Software for Sinners Confession App Comes Under Fire in Germany

A smartphone app for confession? Anathema, says a senior member of the conservative Bavarian party Christian Social Union. The app was developed by Catholics in the US, but has been met with skepticism in Germany.

Confessing has become more convenient with a new smartphone app.
DPA

Confessing has become more convenient with a new smartphone app.


While many smartphone apps purely for entertainment, many were in fact developed with convenience in mind. Recipes on the fly. Navigation through unknown cities. Even identifying stars and constellations.

And confessing your sins. An app developed in the US with the blessing of the American Catholic Church was designed to guide the devout through the process of confessing. Its name: "Confession: A Roman Catholic app."

But not all Catholics are enamored of the digital revolution. A senior member of the conservative Bavarian party Christian Social Union, the sister party to Chancellor Angela Merkel's Christian Democrats, has taken time out of her busy, pre-Easter schedule to criticize the app.

A 'Personalized Examination'

"Good Heavens! Whatever will this lead to?" Dorothee Bär, deputy secretary of the CSU, wrote in an editorial for Bayernkurier, the CSU's party newspaper. "Pope Benedict XVI surely had something else in mind when he called on Christians to show more presence in the digital world."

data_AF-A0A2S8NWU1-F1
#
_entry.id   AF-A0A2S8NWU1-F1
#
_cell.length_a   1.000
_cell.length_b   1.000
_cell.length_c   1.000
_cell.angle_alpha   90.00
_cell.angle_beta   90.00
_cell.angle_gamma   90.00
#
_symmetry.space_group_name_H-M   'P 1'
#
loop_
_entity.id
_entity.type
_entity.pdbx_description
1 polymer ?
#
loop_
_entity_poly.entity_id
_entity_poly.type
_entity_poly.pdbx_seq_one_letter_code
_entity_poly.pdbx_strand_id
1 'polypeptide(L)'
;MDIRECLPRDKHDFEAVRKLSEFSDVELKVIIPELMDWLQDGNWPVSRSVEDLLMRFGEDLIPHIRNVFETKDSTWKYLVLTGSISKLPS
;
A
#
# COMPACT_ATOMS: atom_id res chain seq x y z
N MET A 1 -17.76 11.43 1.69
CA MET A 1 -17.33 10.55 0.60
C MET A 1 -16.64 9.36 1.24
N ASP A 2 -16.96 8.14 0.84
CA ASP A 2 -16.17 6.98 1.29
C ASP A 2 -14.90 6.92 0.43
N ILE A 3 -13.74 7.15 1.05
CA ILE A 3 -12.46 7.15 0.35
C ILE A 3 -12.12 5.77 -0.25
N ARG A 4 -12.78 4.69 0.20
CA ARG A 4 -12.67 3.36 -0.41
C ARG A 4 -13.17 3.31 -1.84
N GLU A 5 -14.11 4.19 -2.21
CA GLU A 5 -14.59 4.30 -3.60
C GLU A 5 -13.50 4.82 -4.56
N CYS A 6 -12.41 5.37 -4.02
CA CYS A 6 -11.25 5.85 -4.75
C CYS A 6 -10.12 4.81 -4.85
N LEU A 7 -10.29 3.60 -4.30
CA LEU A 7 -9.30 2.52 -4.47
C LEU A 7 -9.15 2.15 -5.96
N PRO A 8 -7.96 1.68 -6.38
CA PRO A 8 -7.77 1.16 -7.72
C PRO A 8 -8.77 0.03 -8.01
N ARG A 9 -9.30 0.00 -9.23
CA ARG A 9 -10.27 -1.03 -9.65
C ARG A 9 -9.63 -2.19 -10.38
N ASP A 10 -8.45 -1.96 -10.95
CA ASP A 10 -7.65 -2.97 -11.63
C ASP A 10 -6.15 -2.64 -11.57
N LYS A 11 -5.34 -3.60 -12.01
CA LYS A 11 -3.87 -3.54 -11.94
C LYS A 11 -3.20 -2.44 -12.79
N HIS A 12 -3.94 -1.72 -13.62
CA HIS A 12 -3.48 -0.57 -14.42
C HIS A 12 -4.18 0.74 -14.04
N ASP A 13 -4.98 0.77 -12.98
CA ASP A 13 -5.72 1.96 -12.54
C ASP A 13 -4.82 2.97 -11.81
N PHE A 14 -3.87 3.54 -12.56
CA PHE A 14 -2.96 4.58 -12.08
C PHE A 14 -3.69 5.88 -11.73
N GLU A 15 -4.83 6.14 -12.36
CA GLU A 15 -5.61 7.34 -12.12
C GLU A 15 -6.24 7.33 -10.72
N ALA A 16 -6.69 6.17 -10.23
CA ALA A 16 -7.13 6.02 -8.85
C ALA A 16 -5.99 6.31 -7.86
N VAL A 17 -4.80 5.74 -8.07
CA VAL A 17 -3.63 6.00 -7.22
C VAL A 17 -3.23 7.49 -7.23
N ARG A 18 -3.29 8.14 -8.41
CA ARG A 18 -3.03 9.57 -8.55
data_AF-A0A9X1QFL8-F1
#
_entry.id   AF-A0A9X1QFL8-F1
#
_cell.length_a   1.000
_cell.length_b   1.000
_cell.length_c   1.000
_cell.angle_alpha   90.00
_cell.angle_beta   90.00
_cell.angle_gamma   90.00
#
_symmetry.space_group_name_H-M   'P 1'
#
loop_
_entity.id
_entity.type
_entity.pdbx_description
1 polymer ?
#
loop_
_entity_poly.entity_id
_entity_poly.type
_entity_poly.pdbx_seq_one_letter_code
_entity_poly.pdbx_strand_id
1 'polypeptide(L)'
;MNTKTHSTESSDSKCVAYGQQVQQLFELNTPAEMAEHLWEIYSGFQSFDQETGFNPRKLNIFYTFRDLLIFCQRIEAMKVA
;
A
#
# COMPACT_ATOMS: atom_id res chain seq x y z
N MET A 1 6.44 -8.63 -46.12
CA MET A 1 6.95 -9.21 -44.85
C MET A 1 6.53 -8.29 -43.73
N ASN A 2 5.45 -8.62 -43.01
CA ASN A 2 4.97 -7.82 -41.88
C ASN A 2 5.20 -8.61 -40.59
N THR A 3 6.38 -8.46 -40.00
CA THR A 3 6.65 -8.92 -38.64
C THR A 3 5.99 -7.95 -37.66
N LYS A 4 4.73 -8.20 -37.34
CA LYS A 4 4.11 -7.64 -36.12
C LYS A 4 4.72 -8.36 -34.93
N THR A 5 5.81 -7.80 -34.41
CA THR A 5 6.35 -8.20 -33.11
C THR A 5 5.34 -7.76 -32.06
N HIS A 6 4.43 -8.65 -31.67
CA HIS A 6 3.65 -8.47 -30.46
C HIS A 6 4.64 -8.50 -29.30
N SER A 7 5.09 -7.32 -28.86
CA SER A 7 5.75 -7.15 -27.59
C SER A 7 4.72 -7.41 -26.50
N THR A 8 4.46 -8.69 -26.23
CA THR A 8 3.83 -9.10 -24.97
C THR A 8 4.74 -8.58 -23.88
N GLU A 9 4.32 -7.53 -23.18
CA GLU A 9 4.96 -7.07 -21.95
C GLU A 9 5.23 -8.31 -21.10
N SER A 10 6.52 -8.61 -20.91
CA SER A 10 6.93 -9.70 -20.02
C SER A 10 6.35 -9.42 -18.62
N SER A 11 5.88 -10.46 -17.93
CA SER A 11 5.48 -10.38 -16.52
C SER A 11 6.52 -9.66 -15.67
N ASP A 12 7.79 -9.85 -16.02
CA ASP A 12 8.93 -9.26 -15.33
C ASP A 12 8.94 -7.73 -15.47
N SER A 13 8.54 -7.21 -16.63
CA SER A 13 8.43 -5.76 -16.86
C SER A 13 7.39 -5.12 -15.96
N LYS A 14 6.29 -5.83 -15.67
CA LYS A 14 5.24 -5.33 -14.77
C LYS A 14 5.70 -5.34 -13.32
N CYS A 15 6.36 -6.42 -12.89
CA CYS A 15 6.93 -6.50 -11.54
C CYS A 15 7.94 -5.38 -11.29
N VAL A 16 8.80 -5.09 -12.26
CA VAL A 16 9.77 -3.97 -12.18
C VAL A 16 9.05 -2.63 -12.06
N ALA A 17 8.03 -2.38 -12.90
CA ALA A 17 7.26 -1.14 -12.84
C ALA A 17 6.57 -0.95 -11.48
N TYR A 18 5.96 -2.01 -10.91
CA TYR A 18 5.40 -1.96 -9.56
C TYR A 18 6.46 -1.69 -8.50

On the contrary, Bär urged Catholics to switch off their digital equipment at times during Easter week, which she said was "a time of reflection for us Christians."

The app retails for $1.99 and was developed with the help of a Catholic priest and the United States Conference of Catholic Bishops. The company that developed it, Little iApps, based in South Bend, Indiana, described the app as a "personalized examination of conscience for each user."

Catholics can enter their sins and recite the suitable prayer selected by the software. The app is not designed to replace going to confession but to help Catholics through the act, which involves admitting sins to a priest in a confessional booth. Catholics still must go to a priest for absolution.

cro -- with wire reports

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